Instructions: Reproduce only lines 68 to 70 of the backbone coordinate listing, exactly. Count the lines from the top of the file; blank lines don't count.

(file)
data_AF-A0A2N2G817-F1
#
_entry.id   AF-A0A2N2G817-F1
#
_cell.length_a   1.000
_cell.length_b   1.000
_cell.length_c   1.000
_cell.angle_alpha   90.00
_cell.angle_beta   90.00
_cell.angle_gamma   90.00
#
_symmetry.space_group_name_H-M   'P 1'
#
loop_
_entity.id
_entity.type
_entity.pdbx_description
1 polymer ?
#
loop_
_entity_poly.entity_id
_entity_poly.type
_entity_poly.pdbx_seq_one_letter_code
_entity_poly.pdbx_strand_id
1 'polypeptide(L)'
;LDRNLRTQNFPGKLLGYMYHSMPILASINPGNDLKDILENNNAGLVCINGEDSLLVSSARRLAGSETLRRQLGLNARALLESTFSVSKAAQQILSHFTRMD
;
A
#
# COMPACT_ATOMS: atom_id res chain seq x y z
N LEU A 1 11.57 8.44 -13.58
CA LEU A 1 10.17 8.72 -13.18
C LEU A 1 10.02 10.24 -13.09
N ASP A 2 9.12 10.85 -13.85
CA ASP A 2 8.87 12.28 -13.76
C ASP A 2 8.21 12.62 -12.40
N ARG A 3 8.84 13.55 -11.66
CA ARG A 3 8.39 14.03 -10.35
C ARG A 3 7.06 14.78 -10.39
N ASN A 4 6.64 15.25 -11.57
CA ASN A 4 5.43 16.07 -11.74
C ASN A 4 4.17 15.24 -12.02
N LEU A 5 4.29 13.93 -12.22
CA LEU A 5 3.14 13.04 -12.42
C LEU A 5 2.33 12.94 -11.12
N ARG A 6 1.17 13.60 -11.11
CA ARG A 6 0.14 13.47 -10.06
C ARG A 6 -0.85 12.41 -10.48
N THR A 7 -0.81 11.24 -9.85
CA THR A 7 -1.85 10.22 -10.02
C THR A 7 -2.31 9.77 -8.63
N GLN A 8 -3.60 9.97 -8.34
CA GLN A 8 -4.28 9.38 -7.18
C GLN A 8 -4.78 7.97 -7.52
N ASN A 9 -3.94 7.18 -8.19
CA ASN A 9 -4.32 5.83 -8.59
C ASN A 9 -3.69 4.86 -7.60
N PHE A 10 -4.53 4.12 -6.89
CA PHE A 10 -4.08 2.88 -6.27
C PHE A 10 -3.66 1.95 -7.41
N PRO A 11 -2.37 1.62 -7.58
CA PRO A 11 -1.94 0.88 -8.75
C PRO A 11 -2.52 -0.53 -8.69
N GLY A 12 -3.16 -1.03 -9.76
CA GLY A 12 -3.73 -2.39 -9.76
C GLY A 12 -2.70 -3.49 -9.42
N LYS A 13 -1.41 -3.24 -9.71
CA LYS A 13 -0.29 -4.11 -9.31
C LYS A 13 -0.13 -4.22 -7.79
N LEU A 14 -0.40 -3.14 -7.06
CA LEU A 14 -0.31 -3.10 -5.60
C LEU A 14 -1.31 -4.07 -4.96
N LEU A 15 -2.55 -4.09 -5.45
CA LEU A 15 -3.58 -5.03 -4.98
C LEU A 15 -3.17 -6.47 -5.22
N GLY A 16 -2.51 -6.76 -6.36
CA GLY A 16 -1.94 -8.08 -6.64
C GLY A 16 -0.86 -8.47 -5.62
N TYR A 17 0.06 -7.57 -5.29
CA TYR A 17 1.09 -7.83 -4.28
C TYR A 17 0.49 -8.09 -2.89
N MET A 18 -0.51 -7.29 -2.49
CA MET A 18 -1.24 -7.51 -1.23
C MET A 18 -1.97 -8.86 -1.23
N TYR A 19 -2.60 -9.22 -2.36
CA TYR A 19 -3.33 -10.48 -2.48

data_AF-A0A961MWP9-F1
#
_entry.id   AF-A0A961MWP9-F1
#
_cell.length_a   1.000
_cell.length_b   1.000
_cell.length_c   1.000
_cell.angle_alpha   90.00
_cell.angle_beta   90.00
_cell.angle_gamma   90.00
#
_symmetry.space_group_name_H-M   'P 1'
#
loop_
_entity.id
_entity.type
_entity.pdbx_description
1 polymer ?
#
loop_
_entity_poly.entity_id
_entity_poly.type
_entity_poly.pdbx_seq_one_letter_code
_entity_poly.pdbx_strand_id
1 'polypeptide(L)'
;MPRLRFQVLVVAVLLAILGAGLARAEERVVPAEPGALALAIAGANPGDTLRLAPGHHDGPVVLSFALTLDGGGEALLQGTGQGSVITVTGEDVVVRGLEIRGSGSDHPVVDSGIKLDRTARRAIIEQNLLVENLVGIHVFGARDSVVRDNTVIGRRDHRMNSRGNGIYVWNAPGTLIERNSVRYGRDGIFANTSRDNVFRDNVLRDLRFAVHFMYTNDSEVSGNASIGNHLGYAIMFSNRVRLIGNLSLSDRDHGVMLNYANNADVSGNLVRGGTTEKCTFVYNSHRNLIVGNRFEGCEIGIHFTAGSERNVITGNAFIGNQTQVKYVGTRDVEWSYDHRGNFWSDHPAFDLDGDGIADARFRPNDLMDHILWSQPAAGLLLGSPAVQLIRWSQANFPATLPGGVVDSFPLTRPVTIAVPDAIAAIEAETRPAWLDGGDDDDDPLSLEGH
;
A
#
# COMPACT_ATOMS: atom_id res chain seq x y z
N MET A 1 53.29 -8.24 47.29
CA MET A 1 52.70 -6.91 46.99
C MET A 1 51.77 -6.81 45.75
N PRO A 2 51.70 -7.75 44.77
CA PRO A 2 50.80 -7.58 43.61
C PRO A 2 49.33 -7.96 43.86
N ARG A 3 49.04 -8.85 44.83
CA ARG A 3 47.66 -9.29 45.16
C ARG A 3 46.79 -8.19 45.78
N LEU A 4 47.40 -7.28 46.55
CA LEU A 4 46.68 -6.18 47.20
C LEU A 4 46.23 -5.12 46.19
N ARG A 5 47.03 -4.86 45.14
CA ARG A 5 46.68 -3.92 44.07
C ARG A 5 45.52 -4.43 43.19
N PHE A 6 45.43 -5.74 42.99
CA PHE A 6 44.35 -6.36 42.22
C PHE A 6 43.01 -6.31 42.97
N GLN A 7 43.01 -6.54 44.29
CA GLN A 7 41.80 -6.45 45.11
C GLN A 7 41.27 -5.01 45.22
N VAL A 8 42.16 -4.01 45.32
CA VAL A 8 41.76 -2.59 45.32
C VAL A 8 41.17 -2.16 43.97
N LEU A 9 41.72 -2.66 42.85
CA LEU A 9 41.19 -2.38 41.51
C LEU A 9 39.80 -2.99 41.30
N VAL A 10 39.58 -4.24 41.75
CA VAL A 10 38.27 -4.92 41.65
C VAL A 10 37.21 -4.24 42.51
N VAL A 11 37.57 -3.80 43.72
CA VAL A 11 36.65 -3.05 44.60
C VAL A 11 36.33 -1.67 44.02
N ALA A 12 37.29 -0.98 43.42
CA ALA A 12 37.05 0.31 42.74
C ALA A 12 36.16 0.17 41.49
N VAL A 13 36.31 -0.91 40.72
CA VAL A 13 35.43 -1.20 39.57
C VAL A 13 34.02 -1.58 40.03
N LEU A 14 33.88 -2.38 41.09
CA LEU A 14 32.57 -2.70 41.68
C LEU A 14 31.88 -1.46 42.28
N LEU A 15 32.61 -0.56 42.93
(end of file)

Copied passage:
CA LYS A 13 -0.29 -4.11 -9.31
C LYS A 13 -0.13 -4.22 -7.79
N LEU A 14 -0.40 -3.14 -7.06